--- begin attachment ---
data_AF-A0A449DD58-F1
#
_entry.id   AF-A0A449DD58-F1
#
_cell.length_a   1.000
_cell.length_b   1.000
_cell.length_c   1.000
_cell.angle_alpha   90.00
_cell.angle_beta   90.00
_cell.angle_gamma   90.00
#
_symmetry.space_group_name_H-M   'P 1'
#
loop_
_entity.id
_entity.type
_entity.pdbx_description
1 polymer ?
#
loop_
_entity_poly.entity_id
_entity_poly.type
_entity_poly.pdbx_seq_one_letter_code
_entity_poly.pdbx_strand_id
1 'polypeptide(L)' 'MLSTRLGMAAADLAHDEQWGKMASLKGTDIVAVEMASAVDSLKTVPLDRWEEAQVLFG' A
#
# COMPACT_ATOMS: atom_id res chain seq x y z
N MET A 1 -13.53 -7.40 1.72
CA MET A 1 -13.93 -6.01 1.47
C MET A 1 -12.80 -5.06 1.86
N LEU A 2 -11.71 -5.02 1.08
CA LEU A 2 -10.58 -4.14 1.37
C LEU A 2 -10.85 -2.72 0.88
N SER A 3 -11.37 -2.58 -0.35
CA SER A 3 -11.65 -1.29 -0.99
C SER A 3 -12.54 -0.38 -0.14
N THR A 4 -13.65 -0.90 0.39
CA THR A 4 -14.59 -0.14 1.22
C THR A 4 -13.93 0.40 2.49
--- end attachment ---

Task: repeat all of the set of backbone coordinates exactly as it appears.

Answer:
data_AF-A0A449DD58-F1
#
_entry.id   AF-A0A449DD58-F1
#
_cell.length_a   1.000
_cell.length_b   1.000
_cell.length_c   1.000
_cell.angle_alpha   90.00
_cell.angle_beta   90.00
_cell.angle_gamma   90.00
#
_symmetry.space_group_name_H-M   'P 1'
#
loop_
_entity.id
_entity.type
_entity.pdbx_description
1 polymer ?
#
loop_
_entity_poly.entity_id
_entity_poly.type
_entity_poly.pdbx_seq_one_letter_code
_entity_poly.pdbx_strand_id
1 'polypeptide(L)' 'MLSTRLGMAAADLAHDEQWGKMASLKGTDIVAVEMASAVDSLKTVPLDRWEEAQVLFG' A
#
# COMPACT_ATOMS: atom_id res chain seq x y z
N MET A 1 -13.53 -7.40 1.72
CA MET A 1 -13.93 -6.01 1.47
C MET A 1 -12.80 -5.06 1.86
N LEU A 2 -11.71 -5.02 1.08
CA LEU A 2 -10.58 -4.14 1.37
C LEU A 2 -10.85 -2.72 0.88
N SER A 3 -11.37 -2.58 -0.35
CA SER A 3 -11.65 -1.29 -0.99
C SER A 3 -12.54 -0.38 -0.14
N THR A 4 -13.65 -0.90 0.39
CA THR A 4 -14.59 -0.14 1.22
C THR A 4 -13.93 0.40 2.49